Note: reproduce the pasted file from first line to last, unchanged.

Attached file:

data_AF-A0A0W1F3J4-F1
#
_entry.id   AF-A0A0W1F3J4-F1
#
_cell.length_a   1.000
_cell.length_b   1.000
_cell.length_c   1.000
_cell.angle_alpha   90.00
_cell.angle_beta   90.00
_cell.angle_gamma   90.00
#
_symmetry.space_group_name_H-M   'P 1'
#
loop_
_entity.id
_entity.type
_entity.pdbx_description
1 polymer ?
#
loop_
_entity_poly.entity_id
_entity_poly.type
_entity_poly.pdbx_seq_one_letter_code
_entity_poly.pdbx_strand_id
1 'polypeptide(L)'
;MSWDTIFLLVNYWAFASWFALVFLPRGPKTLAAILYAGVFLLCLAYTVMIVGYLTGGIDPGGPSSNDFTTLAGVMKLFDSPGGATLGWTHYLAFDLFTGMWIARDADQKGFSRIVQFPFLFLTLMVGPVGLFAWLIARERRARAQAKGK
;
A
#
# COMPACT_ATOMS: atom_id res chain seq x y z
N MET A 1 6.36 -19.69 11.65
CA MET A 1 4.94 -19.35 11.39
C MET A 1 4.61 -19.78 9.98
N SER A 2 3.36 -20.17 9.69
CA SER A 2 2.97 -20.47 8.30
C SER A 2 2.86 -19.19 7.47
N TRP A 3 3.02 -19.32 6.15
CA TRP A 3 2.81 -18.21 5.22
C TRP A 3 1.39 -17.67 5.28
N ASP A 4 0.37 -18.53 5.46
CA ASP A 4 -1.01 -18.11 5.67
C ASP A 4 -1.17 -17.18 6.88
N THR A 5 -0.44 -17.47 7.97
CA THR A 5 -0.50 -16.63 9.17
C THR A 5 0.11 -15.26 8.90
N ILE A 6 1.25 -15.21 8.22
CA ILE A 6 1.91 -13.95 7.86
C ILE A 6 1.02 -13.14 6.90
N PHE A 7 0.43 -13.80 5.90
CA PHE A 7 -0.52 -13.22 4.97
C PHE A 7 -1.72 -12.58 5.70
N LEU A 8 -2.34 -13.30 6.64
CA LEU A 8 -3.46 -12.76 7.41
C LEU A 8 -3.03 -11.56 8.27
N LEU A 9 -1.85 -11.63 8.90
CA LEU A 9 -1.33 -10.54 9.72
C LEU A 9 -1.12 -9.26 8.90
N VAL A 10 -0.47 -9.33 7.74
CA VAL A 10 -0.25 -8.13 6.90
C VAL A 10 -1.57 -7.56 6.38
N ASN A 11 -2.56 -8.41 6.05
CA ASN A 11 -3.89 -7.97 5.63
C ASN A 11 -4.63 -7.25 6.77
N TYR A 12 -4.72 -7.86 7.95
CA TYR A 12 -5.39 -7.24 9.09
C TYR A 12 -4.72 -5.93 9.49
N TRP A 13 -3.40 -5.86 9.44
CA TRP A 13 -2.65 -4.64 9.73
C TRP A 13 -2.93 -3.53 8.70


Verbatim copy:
data_AF-A0A0W1F3J4-F1
#
_entry.id   AF-A0A0W1F3J4-F1
#
_cell.length_a   1.000
_cell.length_b   1.000
_cell.length_c   1.000
_cell.angle_alpha   90.00
_cell.angle_beta   90.00
_cell.angle_gamma   90.00
#
_symmetry.space_group_name_H-M   'P 1'
#
loop_
_entity.id
_entity.type
_entity.pdbx_description
1 polymer ?
#
loop_
_entity_poly.entity_id
_entity_poly.type
_entity_poly.pdbx_seq_one_letter_code
_entity_poly.pdbx_strand_id
1 'polypeptide(L)'
;MSWDTIFLLVNYWAFASWFALVFLPRGPKTLAAILYAGVFLLCLAYTVMIVGYLTGGIDPGGPSSNDFTTLAGVMKLFDSPGGATLGWTHYLAFDLFTGMWIARDADQKGFSRIVQFPFLFLTLMVGPVGLFAWLIARERRARAQAKGK
;
A
#
# COMPACT_ATOMS: atom_id res chain seq x y z
N MET A 1 6.36 -19.69 11.65
CA MET A 1 4.94 -19.35 11.39
C MET A 1 4.61 -19.78 9.98
N SER A 2 3.36 -20.17 9.69
CA SER A 2 2.97 -20.47 8.30
C SER A 2 2.86 -19.19 7.47
N TRP A 3 3.02 -19.32 6.15
CA TRP A 3 2.81 -18.21 5.22
C TRP A 3 1.39 -17.67 5.28
N ASP A 4 0.37 -18.53 5.46
CA ASP A 4 -1.01 -18.11 5.67
C ASP A 4 -1.17 -17.18 6.88
N THR A 5 -0.44 -17.47 7.97
CA THR A 5 -0.50 -16.63 9.17
C THR A 5 0.11 -15.26 8.90
N ILE A 6 1.25 -15.21 8.22
CA ILE A 6 1.91 -13.95 7.86
C ILE A 6 1.02 -13.14 6.90
N PHE A 7 0.43 -13.80 5.90
CA PHE A 7 -0.52 -13.22 4.97
C PHE A 7 -1.72 -12.58 5.70
N LEU A 8 -2.34 -13.30 6.64
CA LEU A 8 -3.46 -12.76 7.41
C LEU A 8 -3.03 -11.56 8.27
N LEU A 9 -1.85 -11.63 8.90
CA LEU A 9 -1.33 -10.54 9.72
C LEU A 9 -1.12 -9.26 8.90
N VAL A 10 -0.47 -9.33 7.74
CA VAL A 10 -0.25 -8.13 6.90
C VAL A 10 -1.57 -7.56 6.38
N ASN A 11 -2.56 -8.41 6.05
CA ASN A 11 -3.89 -7.97 5.63
C ASN A 11 -4.63 -7.25 6.77
N TYR A 12 -4.72 -7.86 7.95
CA TYR A 12 -5.39 -7.24 9.09
C TYR A 12 -4.72 -5.93 9.49
N TRP A 13 -3.40 -5.86 9.44
CA TRP A 13 -2.65 -4.64 9.73
C TRP A 13 -2.93 -3.53 8.70